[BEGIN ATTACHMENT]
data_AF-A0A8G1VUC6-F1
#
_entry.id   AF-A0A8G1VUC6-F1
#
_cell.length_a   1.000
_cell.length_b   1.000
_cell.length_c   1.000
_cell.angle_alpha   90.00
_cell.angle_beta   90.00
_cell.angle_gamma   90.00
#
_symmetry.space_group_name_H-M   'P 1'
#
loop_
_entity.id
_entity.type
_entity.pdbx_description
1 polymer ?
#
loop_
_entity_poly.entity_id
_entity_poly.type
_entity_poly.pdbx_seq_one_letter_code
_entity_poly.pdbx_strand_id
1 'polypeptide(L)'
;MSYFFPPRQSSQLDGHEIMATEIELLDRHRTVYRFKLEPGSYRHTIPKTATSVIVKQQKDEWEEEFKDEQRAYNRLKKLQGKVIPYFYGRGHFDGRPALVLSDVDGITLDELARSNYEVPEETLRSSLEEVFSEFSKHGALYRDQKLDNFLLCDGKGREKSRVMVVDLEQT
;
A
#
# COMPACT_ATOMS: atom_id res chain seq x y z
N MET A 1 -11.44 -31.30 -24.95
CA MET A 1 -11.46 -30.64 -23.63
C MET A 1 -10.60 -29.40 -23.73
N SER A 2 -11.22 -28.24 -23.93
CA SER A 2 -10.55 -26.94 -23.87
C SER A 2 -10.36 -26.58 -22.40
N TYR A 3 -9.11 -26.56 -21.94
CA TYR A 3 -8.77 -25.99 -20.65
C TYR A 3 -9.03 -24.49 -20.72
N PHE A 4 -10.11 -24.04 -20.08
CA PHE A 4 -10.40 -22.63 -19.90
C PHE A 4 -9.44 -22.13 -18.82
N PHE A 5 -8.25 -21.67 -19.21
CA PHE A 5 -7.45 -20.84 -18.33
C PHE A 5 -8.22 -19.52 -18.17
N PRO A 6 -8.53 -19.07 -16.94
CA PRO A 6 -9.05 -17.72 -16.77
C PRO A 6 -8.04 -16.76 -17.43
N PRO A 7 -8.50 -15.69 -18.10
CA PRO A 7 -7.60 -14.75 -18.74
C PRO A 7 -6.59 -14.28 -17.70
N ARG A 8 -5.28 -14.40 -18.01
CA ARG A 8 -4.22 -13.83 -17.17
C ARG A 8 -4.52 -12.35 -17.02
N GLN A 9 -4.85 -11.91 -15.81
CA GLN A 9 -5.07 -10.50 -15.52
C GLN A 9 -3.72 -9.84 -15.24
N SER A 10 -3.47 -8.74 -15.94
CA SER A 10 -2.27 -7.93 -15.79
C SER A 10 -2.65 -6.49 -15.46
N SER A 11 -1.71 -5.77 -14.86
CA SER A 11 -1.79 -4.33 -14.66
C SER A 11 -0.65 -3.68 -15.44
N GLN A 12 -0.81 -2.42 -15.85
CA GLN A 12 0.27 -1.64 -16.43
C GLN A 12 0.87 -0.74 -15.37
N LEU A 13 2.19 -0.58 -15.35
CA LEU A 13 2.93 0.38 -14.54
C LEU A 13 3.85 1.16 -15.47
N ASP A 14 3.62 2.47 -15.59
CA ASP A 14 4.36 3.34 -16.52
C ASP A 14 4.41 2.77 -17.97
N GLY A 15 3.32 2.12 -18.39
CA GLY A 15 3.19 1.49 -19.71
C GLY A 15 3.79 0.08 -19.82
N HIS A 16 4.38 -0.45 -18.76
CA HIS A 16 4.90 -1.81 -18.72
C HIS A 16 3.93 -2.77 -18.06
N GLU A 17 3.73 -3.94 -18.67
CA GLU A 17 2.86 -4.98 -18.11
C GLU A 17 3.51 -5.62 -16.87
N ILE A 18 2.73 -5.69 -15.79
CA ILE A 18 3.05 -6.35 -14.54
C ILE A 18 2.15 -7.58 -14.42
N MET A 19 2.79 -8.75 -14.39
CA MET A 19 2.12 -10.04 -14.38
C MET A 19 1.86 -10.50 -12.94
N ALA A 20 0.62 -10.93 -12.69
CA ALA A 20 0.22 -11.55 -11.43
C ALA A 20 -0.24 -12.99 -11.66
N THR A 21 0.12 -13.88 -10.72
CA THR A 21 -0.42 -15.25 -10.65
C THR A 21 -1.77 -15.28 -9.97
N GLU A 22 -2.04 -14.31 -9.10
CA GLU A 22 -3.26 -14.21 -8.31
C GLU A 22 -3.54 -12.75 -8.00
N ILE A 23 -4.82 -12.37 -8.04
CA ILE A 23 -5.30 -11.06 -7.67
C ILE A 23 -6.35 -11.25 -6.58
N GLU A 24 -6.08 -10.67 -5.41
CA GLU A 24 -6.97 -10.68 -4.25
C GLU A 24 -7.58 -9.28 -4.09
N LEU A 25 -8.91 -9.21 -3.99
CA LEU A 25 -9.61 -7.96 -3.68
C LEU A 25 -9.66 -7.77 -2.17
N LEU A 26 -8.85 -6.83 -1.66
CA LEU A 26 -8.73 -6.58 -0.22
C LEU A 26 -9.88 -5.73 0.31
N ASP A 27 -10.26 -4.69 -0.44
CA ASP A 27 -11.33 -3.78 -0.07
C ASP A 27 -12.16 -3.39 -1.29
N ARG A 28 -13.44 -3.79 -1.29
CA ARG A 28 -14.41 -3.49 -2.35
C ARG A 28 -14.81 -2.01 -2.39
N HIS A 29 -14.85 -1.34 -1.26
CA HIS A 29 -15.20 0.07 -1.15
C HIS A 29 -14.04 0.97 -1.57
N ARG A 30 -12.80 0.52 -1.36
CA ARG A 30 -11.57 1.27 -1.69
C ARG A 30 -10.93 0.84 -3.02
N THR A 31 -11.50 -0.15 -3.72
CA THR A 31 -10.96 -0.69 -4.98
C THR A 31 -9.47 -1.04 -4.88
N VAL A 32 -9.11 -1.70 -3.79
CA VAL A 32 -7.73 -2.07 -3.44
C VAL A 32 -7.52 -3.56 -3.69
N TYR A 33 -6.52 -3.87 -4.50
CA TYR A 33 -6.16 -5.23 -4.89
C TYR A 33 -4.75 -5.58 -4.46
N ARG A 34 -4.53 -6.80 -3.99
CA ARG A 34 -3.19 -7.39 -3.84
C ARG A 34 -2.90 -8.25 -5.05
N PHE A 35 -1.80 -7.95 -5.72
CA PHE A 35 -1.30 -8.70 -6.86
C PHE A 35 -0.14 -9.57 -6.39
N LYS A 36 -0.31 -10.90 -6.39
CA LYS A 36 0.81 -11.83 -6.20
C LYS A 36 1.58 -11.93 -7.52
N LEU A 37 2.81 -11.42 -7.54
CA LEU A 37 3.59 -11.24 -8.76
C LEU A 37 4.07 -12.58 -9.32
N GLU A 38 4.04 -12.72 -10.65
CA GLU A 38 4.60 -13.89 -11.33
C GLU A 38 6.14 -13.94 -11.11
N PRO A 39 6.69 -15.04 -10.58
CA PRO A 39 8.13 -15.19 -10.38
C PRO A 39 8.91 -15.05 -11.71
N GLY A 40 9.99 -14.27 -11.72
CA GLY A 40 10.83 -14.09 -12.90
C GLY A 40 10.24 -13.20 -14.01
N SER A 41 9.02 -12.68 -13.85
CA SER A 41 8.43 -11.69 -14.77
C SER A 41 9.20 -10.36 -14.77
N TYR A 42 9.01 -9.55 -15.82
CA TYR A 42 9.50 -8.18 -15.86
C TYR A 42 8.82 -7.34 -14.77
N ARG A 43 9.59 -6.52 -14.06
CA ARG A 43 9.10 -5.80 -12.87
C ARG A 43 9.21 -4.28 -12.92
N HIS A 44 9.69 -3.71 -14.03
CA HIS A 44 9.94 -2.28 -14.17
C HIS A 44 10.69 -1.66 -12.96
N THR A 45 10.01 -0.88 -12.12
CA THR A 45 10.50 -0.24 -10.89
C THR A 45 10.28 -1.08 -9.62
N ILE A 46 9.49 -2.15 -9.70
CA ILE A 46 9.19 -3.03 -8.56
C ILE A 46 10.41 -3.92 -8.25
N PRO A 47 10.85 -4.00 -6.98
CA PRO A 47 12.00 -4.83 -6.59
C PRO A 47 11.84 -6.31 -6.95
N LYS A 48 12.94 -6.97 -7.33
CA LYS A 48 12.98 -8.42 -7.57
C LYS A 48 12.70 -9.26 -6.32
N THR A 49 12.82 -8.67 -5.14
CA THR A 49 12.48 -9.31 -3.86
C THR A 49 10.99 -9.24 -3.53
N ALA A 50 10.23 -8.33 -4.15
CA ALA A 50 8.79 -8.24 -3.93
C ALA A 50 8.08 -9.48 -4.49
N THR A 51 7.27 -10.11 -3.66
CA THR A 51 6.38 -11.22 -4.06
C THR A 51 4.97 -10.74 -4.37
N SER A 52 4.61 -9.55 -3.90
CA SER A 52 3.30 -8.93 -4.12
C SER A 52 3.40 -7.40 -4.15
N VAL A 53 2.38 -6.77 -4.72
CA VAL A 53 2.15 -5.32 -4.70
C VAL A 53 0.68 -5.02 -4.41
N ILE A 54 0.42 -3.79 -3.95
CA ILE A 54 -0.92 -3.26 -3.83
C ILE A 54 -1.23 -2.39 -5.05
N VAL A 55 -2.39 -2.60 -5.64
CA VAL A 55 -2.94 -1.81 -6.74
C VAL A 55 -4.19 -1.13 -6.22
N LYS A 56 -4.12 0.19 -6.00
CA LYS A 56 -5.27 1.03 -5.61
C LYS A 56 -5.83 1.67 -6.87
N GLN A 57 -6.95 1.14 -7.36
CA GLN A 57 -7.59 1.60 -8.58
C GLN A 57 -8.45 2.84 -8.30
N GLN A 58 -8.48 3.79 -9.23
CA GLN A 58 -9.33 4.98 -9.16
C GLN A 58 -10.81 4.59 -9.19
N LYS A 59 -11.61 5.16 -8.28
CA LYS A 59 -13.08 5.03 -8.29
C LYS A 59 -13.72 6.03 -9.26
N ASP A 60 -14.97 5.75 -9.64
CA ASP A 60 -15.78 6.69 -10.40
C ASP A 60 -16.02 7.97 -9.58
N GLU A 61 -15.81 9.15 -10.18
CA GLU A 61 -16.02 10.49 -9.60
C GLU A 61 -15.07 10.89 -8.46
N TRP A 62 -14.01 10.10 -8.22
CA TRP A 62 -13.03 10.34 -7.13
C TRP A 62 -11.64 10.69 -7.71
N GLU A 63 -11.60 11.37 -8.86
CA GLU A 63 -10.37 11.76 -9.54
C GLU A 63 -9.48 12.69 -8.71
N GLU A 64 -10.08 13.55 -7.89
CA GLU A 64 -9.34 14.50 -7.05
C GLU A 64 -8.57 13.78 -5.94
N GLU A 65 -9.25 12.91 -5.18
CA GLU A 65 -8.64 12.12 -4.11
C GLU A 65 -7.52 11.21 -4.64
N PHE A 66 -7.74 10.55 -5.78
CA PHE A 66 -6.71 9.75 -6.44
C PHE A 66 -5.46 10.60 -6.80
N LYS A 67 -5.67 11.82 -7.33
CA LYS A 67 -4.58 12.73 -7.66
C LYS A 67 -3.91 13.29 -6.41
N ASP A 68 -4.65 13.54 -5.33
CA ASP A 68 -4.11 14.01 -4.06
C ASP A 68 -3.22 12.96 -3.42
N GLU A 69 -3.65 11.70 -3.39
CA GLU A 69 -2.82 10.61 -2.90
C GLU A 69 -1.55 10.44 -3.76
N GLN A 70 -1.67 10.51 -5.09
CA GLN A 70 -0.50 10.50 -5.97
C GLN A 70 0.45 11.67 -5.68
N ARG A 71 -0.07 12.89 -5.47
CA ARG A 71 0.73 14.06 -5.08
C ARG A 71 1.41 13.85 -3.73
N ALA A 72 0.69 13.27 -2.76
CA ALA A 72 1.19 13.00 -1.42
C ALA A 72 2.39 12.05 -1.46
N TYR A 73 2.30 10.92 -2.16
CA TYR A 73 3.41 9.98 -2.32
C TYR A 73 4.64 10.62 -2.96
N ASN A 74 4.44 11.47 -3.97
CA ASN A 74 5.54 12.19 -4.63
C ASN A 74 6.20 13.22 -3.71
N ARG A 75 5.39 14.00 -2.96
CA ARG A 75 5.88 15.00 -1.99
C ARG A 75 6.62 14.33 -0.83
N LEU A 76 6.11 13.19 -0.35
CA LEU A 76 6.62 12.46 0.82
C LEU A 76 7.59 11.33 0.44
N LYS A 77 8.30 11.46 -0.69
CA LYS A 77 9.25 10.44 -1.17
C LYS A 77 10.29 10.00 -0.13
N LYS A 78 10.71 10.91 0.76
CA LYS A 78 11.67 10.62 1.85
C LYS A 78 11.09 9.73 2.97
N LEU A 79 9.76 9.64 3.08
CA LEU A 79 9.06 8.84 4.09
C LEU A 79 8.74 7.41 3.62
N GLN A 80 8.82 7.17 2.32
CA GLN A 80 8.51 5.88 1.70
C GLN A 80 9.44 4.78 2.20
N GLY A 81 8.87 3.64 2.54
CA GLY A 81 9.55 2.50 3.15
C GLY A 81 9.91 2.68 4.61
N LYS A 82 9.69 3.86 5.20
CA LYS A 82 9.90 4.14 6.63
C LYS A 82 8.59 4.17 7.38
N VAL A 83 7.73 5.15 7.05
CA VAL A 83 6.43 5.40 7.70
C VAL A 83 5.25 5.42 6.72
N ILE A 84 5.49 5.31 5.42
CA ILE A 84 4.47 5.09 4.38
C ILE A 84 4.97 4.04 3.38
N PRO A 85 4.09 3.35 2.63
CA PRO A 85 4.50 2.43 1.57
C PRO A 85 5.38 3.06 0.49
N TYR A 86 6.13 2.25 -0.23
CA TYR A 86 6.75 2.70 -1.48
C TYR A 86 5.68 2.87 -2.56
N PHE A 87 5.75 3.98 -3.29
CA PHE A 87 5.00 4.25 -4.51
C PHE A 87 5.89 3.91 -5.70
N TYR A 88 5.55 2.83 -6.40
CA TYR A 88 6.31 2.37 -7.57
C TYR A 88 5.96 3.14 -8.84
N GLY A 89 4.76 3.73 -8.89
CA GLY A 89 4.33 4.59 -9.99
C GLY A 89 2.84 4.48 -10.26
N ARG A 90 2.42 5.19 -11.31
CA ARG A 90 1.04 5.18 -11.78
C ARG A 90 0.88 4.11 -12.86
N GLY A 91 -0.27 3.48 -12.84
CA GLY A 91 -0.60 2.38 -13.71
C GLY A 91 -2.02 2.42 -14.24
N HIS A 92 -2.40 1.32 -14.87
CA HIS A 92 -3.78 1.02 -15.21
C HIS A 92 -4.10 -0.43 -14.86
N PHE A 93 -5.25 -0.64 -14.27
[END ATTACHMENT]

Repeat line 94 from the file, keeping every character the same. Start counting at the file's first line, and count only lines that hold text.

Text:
N GLU A 22 -2.04 -14.31 -9.10